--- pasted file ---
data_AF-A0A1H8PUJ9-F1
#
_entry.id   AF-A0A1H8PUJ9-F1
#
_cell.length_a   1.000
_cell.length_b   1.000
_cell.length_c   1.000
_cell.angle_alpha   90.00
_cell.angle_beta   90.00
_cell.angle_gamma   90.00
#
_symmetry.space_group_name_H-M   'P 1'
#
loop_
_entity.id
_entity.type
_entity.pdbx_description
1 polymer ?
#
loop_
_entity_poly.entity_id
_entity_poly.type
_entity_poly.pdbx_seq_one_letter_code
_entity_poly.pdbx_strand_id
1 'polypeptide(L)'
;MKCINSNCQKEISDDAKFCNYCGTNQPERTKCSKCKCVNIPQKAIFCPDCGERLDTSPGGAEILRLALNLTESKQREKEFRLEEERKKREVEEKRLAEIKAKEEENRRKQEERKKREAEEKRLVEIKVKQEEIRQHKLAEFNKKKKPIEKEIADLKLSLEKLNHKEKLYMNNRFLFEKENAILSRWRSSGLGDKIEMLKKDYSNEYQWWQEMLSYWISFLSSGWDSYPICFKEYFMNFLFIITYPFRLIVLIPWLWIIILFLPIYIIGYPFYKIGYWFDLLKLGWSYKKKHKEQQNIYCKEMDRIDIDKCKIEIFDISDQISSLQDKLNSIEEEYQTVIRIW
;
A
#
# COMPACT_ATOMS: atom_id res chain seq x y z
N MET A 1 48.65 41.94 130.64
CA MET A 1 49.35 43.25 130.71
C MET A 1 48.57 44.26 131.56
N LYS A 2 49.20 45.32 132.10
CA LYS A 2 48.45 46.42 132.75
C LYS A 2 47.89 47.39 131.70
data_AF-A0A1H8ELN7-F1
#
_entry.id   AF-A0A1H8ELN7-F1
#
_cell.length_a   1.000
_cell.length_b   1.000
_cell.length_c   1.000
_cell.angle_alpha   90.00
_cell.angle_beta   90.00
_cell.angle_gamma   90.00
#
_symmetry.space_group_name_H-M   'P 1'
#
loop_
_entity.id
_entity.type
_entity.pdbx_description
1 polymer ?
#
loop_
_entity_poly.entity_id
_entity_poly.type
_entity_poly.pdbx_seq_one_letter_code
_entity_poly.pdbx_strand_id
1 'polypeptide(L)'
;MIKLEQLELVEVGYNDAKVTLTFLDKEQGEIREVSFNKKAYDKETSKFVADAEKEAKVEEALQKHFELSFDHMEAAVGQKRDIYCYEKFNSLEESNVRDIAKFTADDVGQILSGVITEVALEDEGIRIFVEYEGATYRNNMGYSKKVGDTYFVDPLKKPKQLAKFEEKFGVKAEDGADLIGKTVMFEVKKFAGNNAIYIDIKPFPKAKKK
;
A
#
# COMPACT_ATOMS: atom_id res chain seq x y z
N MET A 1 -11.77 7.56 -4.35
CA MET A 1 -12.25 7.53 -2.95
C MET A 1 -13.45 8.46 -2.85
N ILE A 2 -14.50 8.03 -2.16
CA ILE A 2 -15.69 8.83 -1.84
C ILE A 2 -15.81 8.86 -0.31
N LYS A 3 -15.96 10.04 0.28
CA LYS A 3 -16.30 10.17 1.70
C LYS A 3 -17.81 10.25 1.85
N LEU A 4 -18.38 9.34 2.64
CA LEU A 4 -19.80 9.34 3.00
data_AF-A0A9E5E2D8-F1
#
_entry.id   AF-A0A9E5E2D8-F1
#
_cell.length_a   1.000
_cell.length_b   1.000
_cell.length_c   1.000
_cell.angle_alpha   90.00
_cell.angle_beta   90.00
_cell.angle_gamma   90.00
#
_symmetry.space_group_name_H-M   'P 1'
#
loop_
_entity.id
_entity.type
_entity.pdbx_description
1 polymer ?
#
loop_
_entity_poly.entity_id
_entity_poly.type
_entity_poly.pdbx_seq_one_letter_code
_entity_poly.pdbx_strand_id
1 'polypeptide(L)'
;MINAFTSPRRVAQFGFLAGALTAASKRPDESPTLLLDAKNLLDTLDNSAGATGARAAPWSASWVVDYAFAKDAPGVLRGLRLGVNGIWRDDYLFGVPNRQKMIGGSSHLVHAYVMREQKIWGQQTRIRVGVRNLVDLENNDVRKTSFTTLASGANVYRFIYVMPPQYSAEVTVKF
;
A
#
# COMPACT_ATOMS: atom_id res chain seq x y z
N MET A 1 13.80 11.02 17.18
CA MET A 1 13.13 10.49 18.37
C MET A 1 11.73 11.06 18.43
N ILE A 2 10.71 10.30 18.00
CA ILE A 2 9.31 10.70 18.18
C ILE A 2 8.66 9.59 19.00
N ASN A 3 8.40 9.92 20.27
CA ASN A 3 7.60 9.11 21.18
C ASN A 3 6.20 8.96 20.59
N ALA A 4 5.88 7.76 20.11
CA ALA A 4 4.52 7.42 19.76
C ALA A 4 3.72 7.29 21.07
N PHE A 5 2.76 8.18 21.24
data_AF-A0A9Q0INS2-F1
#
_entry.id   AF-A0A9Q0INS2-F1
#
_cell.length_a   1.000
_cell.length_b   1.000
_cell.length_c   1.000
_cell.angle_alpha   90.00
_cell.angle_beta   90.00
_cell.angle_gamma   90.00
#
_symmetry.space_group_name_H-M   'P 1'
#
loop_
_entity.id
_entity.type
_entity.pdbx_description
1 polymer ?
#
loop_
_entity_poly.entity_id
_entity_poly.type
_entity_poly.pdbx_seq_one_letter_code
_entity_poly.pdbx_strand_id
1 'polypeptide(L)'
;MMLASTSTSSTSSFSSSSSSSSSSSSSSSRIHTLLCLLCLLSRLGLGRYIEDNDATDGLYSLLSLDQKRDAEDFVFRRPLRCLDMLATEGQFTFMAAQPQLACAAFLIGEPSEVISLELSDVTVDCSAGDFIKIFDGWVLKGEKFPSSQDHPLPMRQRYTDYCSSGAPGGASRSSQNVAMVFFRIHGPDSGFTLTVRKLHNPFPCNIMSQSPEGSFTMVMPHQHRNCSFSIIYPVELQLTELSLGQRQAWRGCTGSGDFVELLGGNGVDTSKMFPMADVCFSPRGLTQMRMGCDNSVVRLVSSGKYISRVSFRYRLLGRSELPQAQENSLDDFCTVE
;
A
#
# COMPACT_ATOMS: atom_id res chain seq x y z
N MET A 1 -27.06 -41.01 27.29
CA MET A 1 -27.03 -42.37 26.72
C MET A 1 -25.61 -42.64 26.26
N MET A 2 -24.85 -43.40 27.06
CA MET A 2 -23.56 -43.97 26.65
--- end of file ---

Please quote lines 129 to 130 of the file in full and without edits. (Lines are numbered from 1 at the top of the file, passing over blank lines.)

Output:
_cell.angle_beta   90.00
_cell.angle_gamma   90.00